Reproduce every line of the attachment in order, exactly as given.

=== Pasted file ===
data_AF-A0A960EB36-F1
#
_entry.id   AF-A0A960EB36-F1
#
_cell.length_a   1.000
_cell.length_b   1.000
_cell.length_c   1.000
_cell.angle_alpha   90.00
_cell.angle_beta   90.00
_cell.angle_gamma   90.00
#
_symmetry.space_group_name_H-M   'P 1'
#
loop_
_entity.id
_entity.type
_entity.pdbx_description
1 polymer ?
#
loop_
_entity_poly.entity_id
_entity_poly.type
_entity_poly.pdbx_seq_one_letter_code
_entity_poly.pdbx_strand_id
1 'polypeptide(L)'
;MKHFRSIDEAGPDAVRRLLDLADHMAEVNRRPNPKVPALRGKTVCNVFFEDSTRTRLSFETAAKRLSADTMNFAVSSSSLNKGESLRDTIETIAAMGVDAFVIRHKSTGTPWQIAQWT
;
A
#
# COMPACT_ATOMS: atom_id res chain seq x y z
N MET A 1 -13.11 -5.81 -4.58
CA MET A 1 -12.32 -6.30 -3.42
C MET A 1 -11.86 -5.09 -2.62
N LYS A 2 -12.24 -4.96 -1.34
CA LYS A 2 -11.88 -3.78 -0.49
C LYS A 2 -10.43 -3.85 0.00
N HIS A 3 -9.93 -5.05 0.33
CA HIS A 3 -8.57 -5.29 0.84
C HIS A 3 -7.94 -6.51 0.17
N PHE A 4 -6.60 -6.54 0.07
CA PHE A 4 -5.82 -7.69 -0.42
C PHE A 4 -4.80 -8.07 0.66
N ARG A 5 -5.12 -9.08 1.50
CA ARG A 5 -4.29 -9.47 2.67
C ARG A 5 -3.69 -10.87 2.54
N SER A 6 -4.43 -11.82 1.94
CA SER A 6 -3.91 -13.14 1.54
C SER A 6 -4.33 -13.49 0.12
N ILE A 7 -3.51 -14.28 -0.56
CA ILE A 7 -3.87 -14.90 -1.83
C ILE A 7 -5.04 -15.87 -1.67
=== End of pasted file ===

data_AF-A0A960EB36-F1
#
_entry.id   AF-A0A960EB36-F1
#
_cell.length_a   1.000
_cell.length_b   1.000
_cell.length_c   1.000
_cell.angle_alpha   90.00
_cell.angle_beta   90.00
_cell.angle_gamma   90.00
#
_symmetry.space_group_name_H-M   'P 1'
#
loop_
_entity.id
_entity.type
_entity.pdbx_description
1 polymer ?
#
loop_
_entity_poly.entity_id
_entity_poly.type
_entity_poly.pdbx_seq_one_letter_code
_entity_poly.pdbx_strand_id
1 'polypeptide(L)'
;MKHFRSIDEAGPDAVRRLLDLADHMAEVNRRPNPKVPALRGKTVCNVFFEDSTRTRLSFETAAKRLSADTMNFAVSSSSLNKGESLRDTIETIAAMGVDAFVIRHKSTGTPWQIAQWT
;
A
#
# COMPACT_ATOMS: atom_id res chain seq x y z
N MET A 1 -13.11 -5.81 -4.58
CA MET A 1 -12.32 -6.30 -3.42
C MET A 1 -11.86 -5.09 -2.62
N LYS A 2 -12.24 -4.96 -1.34
CA LYS A 2 -11.88 -3.78 -0.49
C LYS A 2 -10.43 -3.85 0.00
N HIS A 3 -9.93 -5.05 0.33
CA HIS A 3 -8.57 -5.29 0.84
C HIS A 3 -7.94 -6.51 0.17
N PHE A 4 -6.60 -6.54 0.07
CA PHE A 4 -5.82 -7.69 -0.42
C PHE A 4 -4.80 -8.07 0.66
N ARG A 5 -5.12 -9.08 1.50
CA ARG A 5 -4.29 -9.47 2.67
C ARG A 5 -3.69 -10.87 2.54
N SER A 6 -4.43 -11.82 1.94
CA SER A 6 -3.91 -13.14 1.54
C SER A 6 -4.33 -13.49 0.12
N ILE A 7 -3.51 -14.28 -0.56
CA ILE A 7 -3.87 -14.90 -1.83
C ILE A 7 -5.04 -15.87 -1.67